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Life Beyond Blackboard Collaborate Ultra

Life Beyond Blackboard Collaborate Ultra

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by Alex Venis, the Teaching & Learning Centre

in the June 2021 issue


In September 2021, Blackboard Collaborate Ultra will be leaving. That means that faculty who currently use Blackboard Collaborate Ultra will need to transition to another web-conferencing platform. Seneca has a few options out there: BigBlueButton, Microsoft Teams, Webex, and Zoom. While they are all equally capable to replace Blackboard Collaborate Ultra, there are a few general differences between them. Below is a quick summary of each, so that you can best determine which tool would work best for you.

BigBlueButton is the closest thing to Blackboard Collaborate Ultra. Its user-interface is simple, and students aren’t required to activate an account anywhere. If you were frustrated with Blackboard Collaborate Ultra’s lack of features, then BigBlueButton probably isn’t right for you. It has similar limitations. On the other hand, if you prize simplicity, and found Blackboard Collaborate Ultra to meet all your needs, consider using BigBlueButton.

Microsoft Teams
Microsoft Teams is a different beast altogether. At its heart, it is an office collaboration tool. This means that in addition to allowing virtual meetings, it also allows asynchronous chat, group work, file sharing, and many more collaborative functions. Use this if you’d like to change your learning environment more generally. With so many features, it has a steeper learning curve, so be prepared for a longer period of growing pains as you and your students orient yourselves to the program. The meeting function is a little lackluster, especially compared to Zoom. Some faculty have chosen to use a combination of two programs: Microsoft Teams for collaboration + Zoom for meetings. This works well but has the perennial danger of overloading students and faculty with too many tools. Reflect on your students’ skills, education level, and program to determine whether this is the right move for you.

Webex has been around for a long time at Seneca and is a favourite of the administration to host meetings, company-wide webinars, and various workshops. However, ITS has reported numerous challenges with integrating it into Learn@Seneca. If you are extremely comfortable with Webex, and do not want to use another web-conferencing platform, you might consider it, being aware that there may be complications on the IT side. If you are platform agnostic, Webex is probably not the one you want to dive into.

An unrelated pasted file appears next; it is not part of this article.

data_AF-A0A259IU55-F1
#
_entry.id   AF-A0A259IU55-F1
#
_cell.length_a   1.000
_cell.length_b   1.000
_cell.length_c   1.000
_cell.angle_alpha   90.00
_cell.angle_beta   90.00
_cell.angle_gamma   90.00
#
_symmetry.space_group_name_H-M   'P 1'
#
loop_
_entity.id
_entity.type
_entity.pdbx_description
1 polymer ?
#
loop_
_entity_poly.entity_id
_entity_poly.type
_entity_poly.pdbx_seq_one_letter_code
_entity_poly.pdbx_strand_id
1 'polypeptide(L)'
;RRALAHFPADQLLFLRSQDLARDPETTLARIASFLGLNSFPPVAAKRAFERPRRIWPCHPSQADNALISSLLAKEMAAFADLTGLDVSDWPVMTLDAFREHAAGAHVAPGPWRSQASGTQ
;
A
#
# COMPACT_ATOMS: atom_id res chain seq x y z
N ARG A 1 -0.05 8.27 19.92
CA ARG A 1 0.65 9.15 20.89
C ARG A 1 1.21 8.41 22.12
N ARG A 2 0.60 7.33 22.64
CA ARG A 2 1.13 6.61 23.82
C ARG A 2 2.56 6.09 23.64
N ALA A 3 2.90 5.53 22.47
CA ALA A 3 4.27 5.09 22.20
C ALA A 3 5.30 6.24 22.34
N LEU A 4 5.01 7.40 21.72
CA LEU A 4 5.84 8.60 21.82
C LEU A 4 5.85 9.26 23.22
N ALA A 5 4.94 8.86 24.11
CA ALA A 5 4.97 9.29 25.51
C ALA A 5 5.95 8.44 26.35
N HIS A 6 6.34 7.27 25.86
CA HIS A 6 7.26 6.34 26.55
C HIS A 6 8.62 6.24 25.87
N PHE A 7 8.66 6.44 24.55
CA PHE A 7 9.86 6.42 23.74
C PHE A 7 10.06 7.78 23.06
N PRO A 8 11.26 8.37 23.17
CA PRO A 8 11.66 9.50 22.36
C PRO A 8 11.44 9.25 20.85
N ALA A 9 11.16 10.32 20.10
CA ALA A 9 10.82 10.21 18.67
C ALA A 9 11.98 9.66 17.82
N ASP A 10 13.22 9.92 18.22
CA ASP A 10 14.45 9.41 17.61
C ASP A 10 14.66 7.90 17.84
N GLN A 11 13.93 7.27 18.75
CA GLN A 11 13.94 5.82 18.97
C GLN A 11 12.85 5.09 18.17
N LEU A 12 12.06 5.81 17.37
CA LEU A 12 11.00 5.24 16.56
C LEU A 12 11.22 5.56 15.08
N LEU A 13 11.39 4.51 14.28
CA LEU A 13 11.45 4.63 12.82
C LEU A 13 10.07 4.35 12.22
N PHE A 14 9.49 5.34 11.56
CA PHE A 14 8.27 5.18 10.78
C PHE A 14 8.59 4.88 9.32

Zoom is a feature-full web-conferencing tool. While it is integrated with Learn@Seneca, students still need to activate their account from Zoom’s website and will need to download the application onto their computer. With respect to features, Zoom has all the features one might want: automatic captioning, creating advanced polls and breakout rooms, screen and audio sharing, among many other controls. If you’re comfortable with learning new tools and want as many features as possible at your disposal, give Zoom a shot.


The Bottom Line

Generally, to determine which tool is best for you, you should reflect on what you like about Blackboard Collaborate Ultra, what you don’t like about it, how you want to use a virtual conferencing tool in your class, and what your own personal technological skills are. Having an honest reflection with yourself about these questions can help you (and the Teaching & Learning Centre Team) determine which tool is right for you.

The Teaching & Learning Centre team has created a quiz that can help you narrow down which platform you want to use. Try it out here.

The Teaching & Learning Centre has a new webpage to help you: Web conferencing Platforms at Seneca. On this webpage, we describe each web-conferencing platform and offer a chart that compares all four across various functionalities. From there, we link to pages that will support you as you teach with and learn more about each platform:

Teaching with BigBlueButton

Teaching with Microsoft Teams

Teaching with Webex

Teaching with Zoom



View the June 2021 issue of the Academic Newsletter.

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